A DECADE or so ago, there was a big push to get all clinical trials listed on a public register before they started enrolling patients.
The move was designed to increase transparency, prevent researchers and trial sponsors from secretly changing endpoints, and make it harder for those with vested interests to hide trials that didn’t produce the outcomes they wanted.
Major journals came on board, with the International Committee of Medical Journal Editors announcing that member journals would only consider an article for publication if the trial was registered before the recruitment began, including information on the outcomes to be measured, sample sizes and funding sources.
Did it work? Well, yes and no, as I wrote last year.
The number of pre-registered trials has certainly grown dramatically. The world’s largest trial registry, clinicaltrials.gov, listed 12 000 trials at the start of 2015. It is now hovering just under 230 000.
But, as this 2014 survey showed, not all journal editors have rigorously enforced the “no-registration-means-no-publication” policy.
Around half of the responding editors said that they did not require registration, two-thirds said that they would accept retrospectively registered trials (completely defeating the purpose), and a meagre 18% bothered cross-checking submitted papers against the details in the original registration.
It gets worse.
The new registration regime has also not had the desired impact in ensuring that trial results are made public, according to data released in October 2016.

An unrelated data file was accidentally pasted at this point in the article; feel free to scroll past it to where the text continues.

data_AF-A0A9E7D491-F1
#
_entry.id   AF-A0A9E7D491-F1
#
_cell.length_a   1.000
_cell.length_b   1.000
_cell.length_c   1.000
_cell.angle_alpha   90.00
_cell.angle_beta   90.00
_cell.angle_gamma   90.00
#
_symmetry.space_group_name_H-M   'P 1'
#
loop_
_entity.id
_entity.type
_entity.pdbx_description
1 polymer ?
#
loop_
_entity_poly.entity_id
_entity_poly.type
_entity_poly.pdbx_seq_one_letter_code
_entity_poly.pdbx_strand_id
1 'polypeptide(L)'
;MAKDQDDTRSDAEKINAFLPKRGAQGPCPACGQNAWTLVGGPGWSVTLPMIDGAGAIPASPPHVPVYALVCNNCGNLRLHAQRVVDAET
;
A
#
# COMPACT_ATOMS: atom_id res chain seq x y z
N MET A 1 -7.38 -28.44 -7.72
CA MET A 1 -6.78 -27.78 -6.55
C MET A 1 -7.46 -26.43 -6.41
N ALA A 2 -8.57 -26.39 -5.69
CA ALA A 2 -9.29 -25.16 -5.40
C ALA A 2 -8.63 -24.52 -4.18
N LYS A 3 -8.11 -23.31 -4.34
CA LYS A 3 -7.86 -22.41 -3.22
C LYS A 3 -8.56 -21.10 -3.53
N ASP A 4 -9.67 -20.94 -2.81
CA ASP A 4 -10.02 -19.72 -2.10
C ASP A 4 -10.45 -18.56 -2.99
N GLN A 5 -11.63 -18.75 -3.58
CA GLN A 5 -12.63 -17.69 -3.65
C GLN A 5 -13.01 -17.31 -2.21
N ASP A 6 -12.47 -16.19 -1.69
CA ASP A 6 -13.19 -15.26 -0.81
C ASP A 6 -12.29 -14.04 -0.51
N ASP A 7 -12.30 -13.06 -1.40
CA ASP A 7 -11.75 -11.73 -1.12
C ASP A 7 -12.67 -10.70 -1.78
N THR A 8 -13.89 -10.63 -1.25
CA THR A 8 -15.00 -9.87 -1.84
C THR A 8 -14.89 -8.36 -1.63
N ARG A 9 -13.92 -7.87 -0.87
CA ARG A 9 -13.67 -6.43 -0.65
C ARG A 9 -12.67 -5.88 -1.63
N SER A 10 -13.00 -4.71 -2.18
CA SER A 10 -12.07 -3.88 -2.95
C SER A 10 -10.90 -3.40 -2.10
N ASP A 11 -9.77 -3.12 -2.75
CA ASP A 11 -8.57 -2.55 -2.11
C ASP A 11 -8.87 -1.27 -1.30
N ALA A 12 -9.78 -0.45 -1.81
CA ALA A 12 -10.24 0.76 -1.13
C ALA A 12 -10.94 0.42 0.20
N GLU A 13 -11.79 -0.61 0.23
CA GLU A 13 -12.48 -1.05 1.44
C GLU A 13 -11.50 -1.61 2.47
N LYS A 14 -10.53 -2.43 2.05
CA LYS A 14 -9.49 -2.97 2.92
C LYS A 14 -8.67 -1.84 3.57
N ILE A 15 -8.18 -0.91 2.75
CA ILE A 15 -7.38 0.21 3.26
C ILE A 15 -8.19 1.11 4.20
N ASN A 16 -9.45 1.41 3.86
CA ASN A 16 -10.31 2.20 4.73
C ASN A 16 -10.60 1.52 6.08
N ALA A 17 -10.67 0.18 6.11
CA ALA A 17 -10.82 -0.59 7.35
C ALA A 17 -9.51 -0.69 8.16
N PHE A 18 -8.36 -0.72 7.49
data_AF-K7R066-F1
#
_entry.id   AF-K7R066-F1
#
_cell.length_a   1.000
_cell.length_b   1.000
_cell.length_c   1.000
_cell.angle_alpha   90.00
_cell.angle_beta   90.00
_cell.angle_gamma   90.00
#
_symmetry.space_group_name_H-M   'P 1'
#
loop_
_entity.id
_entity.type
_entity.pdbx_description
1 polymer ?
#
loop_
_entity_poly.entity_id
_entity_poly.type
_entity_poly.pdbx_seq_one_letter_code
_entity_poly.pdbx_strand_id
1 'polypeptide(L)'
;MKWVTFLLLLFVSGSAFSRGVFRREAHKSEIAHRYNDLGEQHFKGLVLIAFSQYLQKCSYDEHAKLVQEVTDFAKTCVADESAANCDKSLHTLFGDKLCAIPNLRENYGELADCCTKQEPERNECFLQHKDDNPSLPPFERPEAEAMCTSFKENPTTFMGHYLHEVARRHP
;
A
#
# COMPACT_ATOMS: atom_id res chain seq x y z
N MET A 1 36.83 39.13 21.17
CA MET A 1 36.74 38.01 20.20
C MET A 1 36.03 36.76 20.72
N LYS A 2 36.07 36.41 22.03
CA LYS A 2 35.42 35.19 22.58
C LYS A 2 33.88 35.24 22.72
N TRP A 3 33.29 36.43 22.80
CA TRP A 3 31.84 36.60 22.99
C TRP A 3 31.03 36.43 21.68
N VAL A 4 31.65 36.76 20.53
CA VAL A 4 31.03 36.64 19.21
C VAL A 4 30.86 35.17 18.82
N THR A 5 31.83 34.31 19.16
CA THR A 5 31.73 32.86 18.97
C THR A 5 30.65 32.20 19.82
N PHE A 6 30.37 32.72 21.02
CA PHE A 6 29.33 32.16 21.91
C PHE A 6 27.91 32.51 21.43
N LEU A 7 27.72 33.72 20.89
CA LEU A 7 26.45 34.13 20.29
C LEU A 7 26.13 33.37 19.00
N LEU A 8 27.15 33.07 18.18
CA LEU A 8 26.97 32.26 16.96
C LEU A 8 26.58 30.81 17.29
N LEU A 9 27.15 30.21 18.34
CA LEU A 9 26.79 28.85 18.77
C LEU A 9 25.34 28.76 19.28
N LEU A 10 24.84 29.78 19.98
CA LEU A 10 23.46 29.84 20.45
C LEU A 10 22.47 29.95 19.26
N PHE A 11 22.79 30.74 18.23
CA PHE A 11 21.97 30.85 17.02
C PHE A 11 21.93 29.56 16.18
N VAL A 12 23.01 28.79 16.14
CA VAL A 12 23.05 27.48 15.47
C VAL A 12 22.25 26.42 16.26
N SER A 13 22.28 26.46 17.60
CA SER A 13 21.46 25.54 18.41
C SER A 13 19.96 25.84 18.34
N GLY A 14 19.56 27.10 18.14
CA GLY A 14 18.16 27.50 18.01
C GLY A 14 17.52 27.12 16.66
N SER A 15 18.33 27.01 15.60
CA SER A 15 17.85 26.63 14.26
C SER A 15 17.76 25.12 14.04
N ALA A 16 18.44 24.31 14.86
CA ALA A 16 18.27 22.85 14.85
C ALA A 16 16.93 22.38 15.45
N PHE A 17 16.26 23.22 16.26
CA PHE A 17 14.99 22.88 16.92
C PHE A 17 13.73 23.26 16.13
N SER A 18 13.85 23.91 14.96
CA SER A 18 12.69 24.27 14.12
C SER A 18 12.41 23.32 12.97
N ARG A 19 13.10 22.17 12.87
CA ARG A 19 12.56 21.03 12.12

The TrialsTracker tool developed by researchers at the University of Oxford shows that 45% of registered trials run by major sponsors over the past 10 years have not had their results fully published.
Topping the list of non-disclosers is Sanofi, with 285 of its 435 trials (66%) not having fully reported results.
Other pharmaceutical companies in the top ten for numbers of trials with missing results are Novartis Pharmaceuticals (201 trials), GlaxoSmithKline (183) and Novartis (127).
If you combined the two different arms of Novartis listed there, the Swiss company might edge out Sanofi for the top spot, though of course there could be a myriad of other commercial relationships between companies on the list to further complicate matters.
It’s not just the pharmaceutical companies that are failing to report their trial results: the top 10 (or should that be bottom 10?) also includes the US National Cancer Institute, the Paris hospital system, the Mayo Clinic, two South Korean universities and the Alliance for Clinical Trials in Oncology.
Some of the apparently unreported trials may be clerical errors. Perhaps researchers or organisations have failed to enter the correct registration number when publishing their results.
But, whether it’s sloppiness or a more sinister desire to hide unpalatable findings, the failure to share the results of a total 11 714 trials, enrolling an estimated 8.7 million people over the decade, is a major betrayal of trial participants.
People may have many reasons to volunteer for a clinical trial, but one of them must often be the desire to help others, to contribute to the sum of knowledge about the condition being studied.
Patients take on the risks inherent in receiving an unproven, unlicensed treatment in the hope that they may, in some way, make a difference.
The least they can expect is that the results of the studies they have contributed to should be made available to other researchers and to the public.
Maybe it’s time for the journals to up the ante and start rejecting articles from sponsors who have failed to report on, say, 10% or more of the trials they have undertaken?
Jane McCredie is a Sydney-based science and health writer and publisher.
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